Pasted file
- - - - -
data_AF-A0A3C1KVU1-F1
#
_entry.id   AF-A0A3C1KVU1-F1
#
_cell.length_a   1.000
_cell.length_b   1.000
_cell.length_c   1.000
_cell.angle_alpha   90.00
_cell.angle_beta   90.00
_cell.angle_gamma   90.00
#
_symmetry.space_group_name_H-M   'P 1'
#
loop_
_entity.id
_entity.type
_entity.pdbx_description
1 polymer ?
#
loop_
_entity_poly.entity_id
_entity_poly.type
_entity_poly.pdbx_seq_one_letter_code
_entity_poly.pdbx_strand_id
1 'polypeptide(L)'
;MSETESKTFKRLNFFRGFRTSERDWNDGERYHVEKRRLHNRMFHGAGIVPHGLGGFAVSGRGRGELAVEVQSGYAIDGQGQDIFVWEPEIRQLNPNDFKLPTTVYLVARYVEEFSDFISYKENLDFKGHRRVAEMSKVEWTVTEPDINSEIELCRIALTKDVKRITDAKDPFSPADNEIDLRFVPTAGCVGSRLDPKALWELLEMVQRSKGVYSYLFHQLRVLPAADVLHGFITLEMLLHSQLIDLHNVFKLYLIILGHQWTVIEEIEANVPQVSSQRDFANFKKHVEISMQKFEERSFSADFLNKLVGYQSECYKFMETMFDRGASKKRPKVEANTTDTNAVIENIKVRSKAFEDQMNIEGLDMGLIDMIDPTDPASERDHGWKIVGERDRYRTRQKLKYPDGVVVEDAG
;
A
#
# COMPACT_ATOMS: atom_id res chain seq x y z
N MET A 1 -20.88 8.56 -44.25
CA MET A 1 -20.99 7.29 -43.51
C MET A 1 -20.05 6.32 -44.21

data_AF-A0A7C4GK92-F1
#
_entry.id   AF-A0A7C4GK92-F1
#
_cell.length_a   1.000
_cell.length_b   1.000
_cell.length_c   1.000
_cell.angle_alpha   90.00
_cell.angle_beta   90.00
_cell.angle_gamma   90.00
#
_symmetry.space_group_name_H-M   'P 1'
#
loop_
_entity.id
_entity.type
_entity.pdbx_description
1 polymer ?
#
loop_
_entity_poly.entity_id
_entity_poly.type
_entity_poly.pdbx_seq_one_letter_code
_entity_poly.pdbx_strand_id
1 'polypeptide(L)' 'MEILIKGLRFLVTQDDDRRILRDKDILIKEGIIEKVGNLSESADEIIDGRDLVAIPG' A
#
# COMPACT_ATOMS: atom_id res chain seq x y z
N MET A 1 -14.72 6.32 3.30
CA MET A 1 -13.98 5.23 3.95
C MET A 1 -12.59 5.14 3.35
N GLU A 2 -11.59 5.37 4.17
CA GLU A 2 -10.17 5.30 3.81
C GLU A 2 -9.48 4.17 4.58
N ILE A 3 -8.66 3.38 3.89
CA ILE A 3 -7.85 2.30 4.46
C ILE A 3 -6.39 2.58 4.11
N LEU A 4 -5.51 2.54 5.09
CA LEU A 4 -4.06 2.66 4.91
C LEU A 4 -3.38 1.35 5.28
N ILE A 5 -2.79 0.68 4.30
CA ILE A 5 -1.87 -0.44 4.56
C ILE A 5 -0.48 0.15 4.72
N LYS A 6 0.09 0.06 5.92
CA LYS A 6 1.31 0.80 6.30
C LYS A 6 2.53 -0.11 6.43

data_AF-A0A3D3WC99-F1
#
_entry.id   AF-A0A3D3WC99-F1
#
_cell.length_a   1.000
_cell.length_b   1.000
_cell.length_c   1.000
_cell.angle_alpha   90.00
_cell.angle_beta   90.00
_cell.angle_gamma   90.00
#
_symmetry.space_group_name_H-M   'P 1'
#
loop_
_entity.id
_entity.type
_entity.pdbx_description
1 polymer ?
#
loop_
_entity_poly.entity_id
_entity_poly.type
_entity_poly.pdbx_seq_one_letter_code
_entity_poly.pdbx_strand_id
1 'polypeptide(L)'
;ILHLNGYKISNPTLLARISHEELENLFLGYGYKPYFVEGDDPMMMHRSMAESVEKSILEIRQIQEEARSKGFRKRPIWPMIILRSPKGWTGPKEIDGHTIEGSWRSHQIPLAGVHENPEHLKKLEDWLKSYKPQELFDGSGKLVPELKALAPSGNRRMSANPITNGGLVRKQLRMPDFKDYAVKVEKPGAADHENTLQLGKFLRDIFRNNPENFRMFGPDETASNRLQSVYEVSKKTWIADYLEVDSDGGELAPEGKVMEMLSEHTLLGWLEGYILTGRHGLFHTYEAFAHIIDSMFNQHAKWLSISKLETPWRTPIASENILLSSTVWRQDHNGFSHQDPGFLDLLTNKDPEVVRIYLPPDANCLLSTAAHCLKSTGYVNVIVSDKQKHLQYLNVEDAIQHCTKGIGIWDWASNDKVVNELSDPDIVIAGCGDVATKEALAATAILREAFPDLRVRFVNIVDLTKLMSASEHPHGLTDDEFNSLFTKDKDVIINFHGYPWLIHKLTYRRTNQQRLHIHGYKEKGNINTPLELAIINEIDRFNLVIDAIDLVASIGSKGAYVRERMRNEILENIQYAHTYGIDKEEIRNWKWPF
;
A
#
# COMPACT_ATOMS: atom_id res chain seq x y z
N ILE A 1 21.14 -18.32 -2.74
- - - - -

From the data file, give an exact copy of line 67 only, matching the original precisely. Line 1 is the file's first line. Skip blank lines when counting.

N ILE A 3 -8.66 3.38 3.89